The provincial government officially broke ground on the Ontario Line over the weekend, kicking off what will be several years of construction to build the new Toronto subway line.

On Sunday, Premiere Doug Ford was joined by Toronto Mayor John Tory, Federal Minister of Transportation Omar Alghabra, and Ontario Minister of Transportation Caroline Mulroney, among others, for the groundbreaking at Exhibition Station -- the westernmost station of the future 15.6-km line.

“Our government has moved at unprecedented speed to start construction on the new Ontario Line subway,” Ford said. “This project will be a game changer for the city and region and is a key part of our plan to build the roads, bridges, highways and transit needed to move our economy forward.”

The Ontario Line, which will have 15 stops running from Exhibition Place up to the Ontario Science Centre, was most recently estimated to open in 2030. The province, however, has since said it is in the process of providing an updated timeline. In December, the City of Toronto approved seven years of downtown road closures to make way for construction of the subway, with notable closures along King Street West, Bathurst Street, Queen Street West, Spadina Avenue, University Avenue, and King Street East.

On Sunday, Tory noted that although construction won't be easy, the end result will be worth it.

"This is an important milestone in the work all of our governments are doing together to get much-needed transit built," Tory said. "I want to thank the Government of Ontario and the Government of Canada for working with the City of Toronto to invest billions of dollars in transit in our city. The Ontario Line is a massive transit project that will be a challenge to build in our city but I am confident that we will get this done and deliver the transit that will help ensure Toronto comes back stronger than ever."

Reassuring Businesses

After many years of prolonged construction of the Eglinton Crosstown LRT having disastrous effects on local businesses, forcing many to shut their doors, Tory, Ford, and Metrolinx CEO Phil Verster all gave assurances that disruptions to businesses from the Ontario Line would be kept to a minimum.

"Eglinton went on for a long time, it was a different kind of project, but the bottom line is we have to do better than that because while there will be benefits to business from these transit lines, at the same time you have to make sure they survive to see the benefits, and that's something we're going to work on together very hard," Tory said.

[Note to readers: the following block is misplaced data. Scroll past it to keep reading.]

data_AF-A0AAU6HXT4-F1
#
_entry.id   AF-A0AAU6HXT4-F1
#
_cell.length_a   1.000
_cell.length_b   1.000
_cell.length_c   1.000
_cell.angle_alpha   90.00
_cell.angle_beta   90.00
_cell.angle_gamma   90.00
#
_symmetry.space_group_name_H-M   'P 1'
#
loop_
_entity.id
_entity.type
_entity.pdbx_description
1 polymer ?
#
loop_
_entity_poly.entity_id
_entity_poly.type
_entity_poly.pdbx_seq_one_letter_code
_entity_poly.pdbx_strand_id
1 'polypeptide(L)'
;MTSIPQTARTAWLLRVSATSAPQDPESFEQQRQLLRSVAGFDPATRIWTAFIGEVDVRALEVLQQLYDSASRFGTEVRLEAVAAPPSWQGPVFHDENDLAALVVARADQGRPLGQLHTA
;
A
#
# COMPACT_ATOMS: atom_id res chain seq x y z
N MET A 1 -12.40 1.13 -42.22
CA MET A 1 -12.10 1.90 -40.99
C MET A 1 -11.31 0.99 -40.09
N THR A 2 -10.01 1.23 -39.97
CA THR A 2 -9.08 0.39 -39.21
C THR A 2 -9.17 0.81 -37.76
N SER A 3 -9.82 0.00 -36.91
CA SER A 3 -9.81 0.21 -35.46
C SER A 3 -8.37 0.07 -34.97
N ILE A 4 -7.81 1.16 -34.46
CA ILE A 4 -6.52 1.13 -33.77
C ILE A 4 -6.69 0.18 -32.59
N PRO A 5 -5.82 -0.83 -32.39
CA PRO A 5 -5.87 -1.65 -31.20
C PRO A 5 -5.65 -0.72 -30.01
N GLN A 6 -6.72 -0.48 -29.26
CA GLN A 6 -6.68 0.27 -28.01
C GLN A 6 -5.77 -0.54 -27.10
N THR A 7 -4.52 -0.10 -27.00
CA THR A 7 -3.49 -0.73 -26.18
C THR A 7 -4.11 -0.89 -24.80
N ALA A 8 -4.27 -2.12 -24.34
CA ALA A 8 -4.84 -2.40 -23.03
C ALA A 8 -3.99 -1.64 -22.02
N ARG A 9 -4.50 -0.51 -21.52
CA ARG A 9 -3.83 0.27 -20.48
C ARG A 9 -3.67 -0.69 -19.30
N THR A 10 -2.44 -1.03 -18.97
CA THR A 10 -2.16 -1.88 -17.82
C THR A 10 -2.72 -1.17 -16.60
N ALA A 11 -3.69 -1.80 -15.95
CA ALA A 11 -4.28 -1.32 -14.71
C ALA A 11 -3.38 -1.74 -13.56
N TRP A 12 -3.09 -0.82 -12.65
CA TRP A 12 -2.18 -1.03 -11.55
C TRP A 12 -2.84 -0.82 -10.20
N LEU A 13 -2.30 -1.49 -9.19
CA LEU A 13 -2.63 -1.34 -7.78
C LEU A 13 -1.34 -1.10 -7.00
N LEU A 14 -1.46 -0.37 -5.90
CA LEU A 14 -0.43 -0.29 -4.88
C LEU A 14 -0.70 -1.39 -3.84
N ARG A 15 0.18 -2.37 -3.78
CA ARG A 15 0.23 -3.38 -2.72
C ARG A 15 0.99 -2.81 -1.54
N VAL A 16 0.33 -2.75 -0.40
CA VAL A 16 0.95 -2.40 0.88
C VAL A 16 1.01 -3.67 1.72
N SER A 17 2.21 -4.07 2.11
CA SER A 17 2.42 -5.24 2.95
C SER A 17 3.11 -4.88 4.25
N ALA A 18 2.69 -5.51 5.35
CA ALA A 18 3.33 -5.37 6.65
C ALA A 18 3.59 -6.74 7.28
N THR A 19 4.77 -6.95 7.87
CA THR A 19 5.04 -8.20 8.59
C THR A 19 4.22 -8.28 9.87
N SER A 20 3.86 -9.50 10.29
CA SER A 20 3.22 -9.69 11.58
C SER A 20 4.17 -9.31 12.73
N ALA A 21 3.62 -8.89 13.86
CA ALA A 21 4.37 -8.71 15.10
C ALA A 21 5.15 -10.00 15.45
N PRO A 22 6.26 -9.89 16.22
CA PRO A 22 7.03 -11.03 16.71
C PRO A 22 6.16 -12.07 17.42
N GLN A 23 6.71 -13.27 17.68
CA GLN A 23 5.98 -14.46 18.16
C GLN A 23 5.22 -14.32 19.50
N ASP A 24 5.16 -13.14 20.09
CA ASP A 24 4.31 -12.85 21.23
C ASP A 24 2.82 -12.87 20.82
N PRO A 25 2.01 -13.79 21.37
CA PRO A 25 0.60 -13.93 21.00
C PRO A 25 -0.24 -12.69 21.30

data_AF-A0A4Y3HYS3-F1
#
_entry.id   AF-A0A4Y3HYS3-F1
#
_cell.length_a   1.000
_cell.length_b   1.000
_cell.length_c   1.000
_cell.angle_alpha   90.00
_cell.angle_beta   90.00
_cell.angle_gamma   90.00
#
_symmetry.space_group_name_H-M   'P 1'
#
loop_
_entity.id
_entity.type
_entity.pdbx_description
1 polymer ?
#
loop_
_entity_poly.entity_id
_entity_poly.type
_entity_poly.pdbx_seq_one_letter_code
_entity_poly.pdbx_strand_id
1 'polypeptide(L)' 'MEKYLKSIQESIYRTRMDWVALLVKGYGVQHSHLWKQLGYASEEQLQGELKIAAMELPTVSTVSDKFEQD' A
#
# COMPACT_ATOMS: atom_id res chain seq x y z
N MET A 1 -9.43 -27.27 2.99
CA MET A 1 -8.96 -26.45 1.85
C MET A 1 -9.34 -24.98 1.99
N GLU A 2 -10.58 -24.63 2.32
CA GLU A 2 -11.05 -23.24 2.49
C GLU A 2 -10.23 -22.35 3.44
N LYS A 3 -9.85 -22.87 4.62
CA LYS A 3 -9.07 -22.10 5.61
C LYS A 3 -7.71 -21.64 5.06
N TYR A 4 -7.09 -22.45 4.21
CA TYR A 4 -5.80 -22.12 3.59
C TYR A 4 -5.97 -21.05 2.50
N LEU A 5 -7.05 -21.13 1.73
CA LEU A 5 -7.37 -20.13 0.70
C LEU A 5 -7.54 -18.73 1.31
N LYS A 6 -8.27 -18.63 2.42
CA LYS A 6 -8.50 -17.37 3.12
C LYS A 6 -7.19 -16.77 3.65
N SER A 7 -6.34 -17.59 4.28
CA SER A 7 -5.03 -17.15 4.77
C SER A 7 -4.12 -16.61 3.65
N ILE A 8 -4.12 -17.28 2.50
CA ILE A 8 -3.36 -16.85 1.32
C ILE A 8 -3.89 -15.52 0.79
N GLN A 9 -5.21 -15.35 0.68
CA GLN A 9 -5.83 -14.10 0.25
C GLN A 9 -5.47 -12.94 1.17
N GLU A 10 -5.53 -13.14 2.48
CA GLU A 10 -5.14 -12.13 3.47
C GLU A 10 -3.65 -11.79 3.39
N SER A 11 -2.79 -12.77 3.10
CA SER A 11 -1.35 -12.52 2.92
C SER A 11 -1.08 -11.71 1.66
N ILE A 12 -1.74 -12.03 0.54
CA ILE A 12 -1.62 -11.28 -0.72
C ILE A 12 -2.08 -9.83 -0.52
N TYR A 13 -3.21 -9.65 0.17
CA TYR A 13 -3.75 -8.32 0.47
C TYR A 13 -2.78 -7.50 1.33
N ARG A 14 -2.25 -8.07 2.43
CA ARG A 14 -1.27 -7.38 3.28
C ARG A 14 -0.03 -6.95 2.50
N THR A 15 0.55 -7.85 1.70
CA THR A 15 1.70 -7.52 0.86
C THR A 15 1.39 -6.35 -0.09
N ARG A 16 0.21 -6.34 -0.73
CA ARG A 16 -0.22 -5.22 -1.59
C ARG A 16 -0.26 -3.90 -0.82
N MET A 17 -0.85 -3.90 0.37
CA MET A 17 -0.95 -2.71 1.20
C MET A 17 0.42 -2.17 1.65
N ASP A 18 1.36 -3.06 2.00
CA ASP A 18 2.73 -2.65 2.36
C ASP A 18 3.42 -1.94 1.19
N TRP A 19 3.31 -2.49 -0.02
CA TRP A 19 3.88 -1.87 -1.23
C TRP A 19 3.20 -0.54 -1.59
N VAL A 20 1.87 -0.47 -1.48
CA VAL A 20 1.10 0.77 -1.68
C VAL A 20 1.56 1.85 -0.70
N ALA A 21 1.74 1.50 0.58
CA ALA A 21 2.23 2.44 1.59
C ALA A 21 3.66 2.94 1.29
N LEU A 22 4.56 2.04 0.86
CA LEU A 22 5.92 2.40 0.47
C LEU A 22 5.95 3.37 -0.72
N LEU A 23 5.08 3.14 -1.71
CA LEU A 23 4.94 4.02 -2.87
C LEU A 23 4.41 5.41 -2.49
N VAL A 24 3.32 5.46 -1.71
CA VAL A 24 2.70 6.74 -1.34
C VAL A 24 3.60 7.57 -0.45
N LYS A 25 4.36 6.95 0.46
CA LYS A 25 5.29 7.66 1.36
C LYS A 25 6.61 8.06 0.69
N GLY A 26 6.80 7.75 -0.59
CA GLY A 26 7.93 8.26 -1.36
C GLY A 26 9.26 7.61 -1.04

Commuters are also being considered during construction, with upgrades being made to Exhibition Station to allow GO customers to continue to use the station as the new subway line is built. This will include a new entrance at Atlantic Avenue, shifting the existing GO rail track, and creating a new train platform. There will also be a temporary pedestrian bridge built over the existing GO tracks to provide customers with additional access between Liberty Village and Exhibition Place.

According to Ford, once complete, the subway line is expected to generate up to $11B in economic benefits for the city. Metrolinx is projecting a ridership of 388,000 boardings per day, with trains expected to run every 90 seconds during rush hour. The route will provide connections to more than 40 other transit routes including GO, TTC, and the Eglinton Crosstown LRT, and by 2041, the line will reduce greenhouse gas emissions by 14,000 tonnes annually, a provincial release says.

“Public transit plays a pivotal role in reaching our climate goals and reducing congestion on our roads,” said Minister of Intergovernmental Affairs Dominic LeBlanc. “The Ontario Line will be a major addition to existing transit options in the GTA, and will enhance commuters’ ability to get to their destination on time and with ease. We are pleased to be partnering with the Government of Ontario and the City of Toronto to deliver this transformational project.

New renderings were also released by the province over the weekend, revealing what 14 of the upcoming stations are expected to look like.


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01 future exhibition station aerial view looking east

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02 future ontario line station building at southeast corner of king st w and bathurst st 1


03 future ontario line station building at southwest corner of queen st w and spadina ave 1024x680

03 future ontario line station buildings on southwest and northeast corners of queen st w and spadina ave 1 1


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04 ontario line station entrance at northeast corner of queen st w and university ave osgoode 1024x680


05 ontario lines queen station located on northeast corner of queen and yonge 1024x678

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06 future ontario line station building at moss park looking west 1024x572


07 future ontario line station building at southeast corner of king st e and berkeley st corktown 1024x576


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09 future ontario line station entrance at northeast corner of queen st e and degrassi st riverside leslieville 1024x534

09 future ontario line station spanning queen st e east of degrassi st riverside leslieville 1024x576


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11 future ontario line pape station entrance on the north side of danforth ave east of pape ave 1


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13 future ontario line station on the north side of overlea blvd at thorncliffe park drive 1 1024x686

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13 future ontario line station on the north side of overlea blvd at thorncliffe park drive 1024x678


14 future ontario line flemingdon park station at don mills rd and gateway blvd 1024x576


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